While the world is still reckoning with a year inside and away, Flamm is zeroed in on the present of his bustling restaurant and his own lofty ambitions. The presentation of a strong Italian menu is well-trodden ground for him, but it’s the introduction of a Croatian complement, which shares many of the former’s techniques and raw materials while offering surprising twists in flavors and spices, that most excites him. “There’s a huge Italian influence, but I think what also makes it interesting is all the other influences: the Hungarian, the Austrian,” he says.

Thirteen years ago, Flamm didn’t know anything about the country’s cuisine. But drinking a beer in a buddy’s backyard, he met his future wife, a first-generation American whose Croatian father was born in an Austrian refuge camp before emigrating. Since then, Flamm has made deep inroads, mining Chicago’s few family-run Balkan restaurants and haunting the hole-in-the-wall grocers before making his own pilgrimage to the country. “How does nobody know about this?” he remembers thinking.

Croatian cuisine, unlike Italian or Mexican cuisines, have remained pure in the United States, and Flamm credits its relative underground status — and that despite the late Anthony Bourdain who, in 2012, called it “the next big thing.” “The people who are doing it seem to just be doing what everybody was doing over there when they left [Croatia],” Flamm he says. “They’re cooking their grandmothers’ recipes — not simple, but rustic.”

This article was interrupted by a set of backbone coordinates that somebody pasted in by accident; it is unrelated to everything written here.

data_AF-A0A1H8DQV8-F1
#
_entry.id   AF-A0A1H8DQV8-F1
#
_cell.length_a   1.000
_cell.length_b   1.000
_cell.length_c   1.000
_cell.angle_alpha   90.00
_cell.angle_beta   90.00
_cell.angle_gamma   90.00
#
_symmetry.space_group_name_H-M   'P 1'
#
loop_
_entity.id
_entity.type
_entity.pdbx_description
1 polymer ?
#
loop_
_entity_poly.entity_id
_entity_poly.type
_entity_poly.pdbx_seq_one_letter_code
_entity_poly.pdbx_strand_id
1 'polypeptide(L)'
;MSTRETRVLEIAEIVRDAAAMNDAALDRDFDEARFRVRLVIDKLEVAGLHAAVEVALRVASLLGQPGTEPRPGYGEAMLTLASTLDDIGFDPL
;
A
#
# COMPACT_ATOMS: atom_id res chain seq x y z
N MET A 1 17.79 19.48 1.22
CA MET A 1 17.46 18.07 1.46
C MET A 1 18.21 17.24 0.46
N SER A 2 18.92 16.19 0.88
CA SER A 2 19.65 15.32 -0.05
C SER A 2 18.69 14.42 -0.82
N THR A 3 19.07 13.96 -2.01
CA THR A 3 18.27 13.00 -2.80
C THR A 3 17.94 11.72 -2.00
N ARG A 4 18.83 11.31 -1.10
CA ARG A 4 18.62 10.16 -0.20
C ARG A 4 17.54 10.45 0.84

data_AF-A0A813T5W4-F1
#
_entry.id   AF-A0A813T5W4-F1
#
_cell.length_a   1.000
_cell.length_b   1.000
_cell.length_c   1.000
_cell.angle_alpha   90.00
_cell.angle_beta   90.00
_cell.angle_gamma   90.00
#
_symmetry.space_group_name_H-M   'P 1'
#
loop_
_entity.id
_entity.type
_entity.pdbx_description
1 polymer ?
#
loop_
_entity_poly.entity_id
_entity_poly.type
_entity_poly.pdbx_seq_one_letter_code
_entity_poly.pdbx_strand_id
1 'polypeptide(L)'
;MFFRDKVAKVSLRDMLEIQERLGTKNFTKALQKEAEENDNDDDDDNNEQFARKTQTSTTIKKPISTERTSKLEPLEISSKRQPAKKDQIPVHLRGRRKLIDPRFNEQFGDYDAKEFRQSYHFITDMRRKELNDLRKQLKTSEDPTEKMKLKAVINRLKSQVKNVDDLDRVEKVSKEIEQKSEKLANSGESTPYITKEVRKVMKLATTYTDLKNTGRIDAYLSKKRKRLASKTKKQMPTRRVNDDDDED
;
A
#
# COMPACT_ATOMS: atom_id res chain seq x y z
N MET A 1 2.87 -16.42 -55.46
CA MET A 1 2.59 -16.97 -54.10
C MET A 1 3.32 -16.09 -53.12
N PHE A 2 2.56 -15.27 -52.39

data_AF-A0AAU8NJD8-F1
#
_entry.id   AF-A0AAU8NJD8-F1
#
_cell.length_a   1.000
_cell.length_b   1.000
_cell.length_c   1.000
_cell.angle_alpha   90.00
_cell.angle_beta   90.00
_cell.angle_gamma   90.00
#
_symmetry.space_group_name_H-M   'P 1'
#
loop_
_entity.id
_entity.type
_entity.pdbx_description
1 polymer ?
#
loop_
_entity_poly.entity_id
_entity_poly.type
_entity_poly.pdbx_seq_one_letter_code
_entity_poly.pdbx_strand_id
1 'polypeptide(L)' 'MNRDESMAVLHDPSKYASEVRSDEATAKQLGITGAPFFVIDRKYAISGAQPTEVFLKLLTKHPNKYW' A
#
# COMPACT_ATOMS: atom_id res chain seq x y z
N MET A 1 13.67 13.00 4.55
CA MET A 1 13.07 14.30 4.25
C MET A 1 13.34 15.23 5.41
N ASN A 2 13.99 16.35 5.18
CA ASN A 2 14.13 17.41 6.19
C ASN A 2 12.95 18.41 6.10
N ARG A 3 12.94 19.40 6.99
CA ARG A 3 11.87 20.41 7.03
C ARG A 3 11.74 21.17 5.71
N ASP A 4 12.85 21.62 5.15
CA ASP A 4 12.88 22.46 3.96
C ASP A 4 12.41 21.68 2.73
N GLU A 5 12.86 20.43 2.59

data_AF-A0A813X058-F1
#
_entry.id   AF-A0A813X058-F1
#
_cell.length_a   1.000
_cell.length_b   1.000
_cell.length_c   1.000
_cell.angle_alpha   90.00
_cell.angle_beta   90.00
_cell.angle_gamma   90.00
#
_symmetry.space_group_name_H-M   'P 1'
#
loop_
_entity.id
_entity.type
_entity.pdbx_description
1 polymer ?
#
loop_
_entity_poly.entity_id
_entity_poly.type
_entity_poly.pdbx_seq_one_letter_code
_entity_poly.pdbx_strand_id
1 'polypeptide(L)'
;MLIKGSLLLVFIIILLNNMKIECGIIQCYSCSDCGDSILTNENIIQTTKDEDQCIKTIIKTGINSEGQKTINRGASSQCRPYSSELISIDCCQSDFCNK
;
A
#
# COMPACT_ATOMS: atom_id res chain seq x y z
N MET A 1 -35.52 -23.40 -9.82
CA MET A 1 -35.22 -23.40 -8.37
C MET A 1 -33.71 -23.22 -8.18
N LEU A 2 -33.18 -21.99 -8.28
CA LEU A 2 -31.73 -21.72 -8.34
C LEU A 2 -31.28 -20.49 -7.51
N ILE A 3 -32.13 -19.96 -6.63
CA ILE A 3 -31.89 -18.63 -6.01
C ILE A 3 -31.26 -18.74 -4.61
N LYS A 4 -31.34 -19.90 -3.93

“You’d eat anything that this guy would make, whether you called it Italian or Croatian,” says chef and mentor Mantuano, founder of Spiaggia and now with Yolan, in Nashville. “He touches them with his modern hand. It’s going to be a better version.”

It should be noted that Flamm is careful to not call anything a fusion or a blend, and despite one preview calling it a “melange,” Mantuano emphasizes that Flamm is careful to notate their distinction. Italian is still given its silo, with pasta dishes cavatelli and tagliatelle appearing with traditional (albeit intriguing) ingredients, while Croatian dishes are distinguished almost by alphabet alone, when viewed from afar. Skradin, a veal and chicken dish, and crni, a squid-ink-flavored risotto, draw the eye as much as the nose when appearing across a menu. Each, Mantuano says, is shown a healthy cultural respect.

With his restaurant awash with eager diners and previews published in mainstream outlets, it’s hard to remember that Flamm gained national recognition as a reality TV star. Now, healthier, nationally celebrated, and with a fresh buzz around him as Rose Mary only ramps up, he traces the inverse of most former contestants’ trajectories.

“I loved the adventure of it,” he says, a wistfulness creeping into his voice. “It was way, way, way out of my comfort zone, but I had a blast.

“Would I do it again? Sure, if something sounds fun and interesting, I’m going to go,” Flamm says. “That’s very much who I am and how I enjoy things. Top Chef was no different.”